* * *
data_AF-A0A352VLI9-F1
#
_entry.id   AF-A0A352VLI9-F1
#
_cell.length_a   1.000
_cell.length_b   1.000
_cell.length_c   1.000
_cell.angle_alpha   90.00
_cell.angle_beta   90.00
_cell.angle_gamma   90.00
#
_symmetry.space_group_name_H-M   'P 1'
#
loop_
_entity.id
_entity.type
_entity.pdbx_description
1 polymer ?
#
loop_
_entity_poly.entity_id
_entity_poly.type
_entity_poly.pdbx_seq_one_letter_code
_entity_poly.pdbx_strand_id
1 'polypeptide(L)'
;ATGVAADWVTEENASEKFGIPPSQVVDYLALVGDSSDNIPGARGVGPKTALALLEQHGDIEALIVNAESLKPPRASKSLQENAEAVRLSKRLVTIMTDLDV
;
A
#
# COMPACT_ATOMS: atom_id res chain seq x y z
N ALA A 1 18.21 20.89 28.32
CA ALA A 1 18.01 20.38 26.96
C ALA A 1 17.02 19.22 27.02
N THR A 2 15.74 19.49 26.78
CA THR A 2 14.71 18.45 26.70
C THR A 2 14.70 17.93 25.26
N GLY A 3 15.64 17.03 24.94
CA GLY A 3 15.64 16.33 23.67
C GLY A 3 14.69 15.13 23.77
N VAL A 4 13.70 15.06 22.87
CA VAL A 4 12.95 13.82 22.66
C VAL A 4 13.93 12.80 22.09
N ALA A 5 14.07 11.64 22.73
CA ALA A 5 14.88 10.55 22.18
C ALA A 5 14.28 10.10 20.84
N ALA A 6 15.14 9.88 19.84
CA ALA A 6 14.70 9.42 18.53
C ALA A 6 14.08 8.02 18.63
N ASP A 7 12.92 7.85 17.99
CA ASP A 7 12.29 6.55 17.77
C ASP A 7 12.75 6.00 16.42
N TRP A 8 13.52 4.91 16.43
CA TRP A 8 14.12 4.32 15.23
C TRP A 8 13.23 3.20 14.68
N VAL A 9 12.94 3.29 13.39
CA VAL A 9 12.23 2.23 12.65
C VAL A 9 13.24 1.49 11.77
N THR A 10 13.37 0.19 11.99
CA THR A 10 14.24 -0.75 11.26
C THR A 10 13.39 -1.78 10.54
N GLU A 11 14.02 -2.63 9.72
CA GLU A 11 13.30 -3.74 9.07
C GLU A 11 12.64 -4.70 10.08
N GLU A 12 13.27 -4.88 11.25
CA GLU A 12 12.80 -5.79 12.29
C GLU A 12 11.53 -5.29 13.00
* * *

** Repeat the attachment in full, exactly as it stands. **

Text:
data_AF-A0A352VLI9-F1
#
_entry.id   AF-A0A352VLI9-F1
#
_cell.length_a   1.000
_cell.length_b   1.000
_cell.length_c   1.000
_cell.angle_alpha   90.00
_cell.angle_beta   90.00
_cell.angle_gamma   90.00
#
_symmetry.space_group_name_H-M   'P 1'
#
loop_
_entity.id
_entity.type
_entity.pdbx_description
1 polymer ?
#
loop_
_entity_poly.entity_id
_entity_poly.type
_entity_poly.pdbx_seq_one_letter_code
_entity_poly.pdbx_strand_id
1 'polypeptide(L)'
;ATGVAADWVTEENASEKFGIPPSQVVDYLALVGDSSDNIPGARGVGPKTALALLEQHGDIEALIVNAESLKPPRASKSLQENAEAVRLSKRLVTIMTDLDV
;
A
#
# COMPACT_ATOMS: atom_id res chain seq x y z
N ALA A 1 18.21 20.89 28.32
CA ALA A 1 18.01 20.38 26.96
C ALA A 1 17.02 19.22 27.02
N THR A 2 15.74 19.49 26.78
CA THR A 2 14.71 18.45 26.70
C THR A 2 14.70 17.93 25.26
N GLY A 3 15.64 17.03 24.94
CA GLY A 3 15.64 16.33 23.67
C GLY A 3 14.69 15.13 23.77
N VAL A 4 13.70 15.06 22.87
CA VAL A 4 12.95 13.82 22.66
C VAL A 4 13.93 12.80 22.09
N ALA A 5 14.07 11.64 22.73
CA ALA A 5 14.88 10.55 22.18
C ALA A 5 14.28 10.10 20.84
N ALA A 6 15.14 9.88 19.84
CA ALA A 6 14.70 9.42 18.53
C ALA A 6 14.08 8.02 18.63
N ASP A 7 12.92 7.85 17.99
CA ASP A 7 12.29 6.55 17.77
C ASP A 7 12.75 6.00 16.42
N TRP A 8 13.52 4.91 16.43
CA TRP A 8 14.12 4.32 15.23
C TRP A 8 13.23 3.20 14.68
N VAL A 9 12.94 3.29 13.39
CA VAL A 9 12.23 2.23 12.65
C VAL A 9 13.24 1.49 11.77
N THR A 10 13.37 0.19 11.99
CA THR A 10 14.24 -0.75 11.26
C THR A 10 13.39 -1.78 10.54
N GLU A 11 14.02 -2.63 9.72
CA GLU A 11 13.30 -3.74 9.07
C GLU A 11 12.64 -4.70 10.08
N GLU A 12 13.27 -4.88 11.25
CA GLU A 12 12.80 -5.79 12.29
C GLU A 12 11.53 -5.29 13.00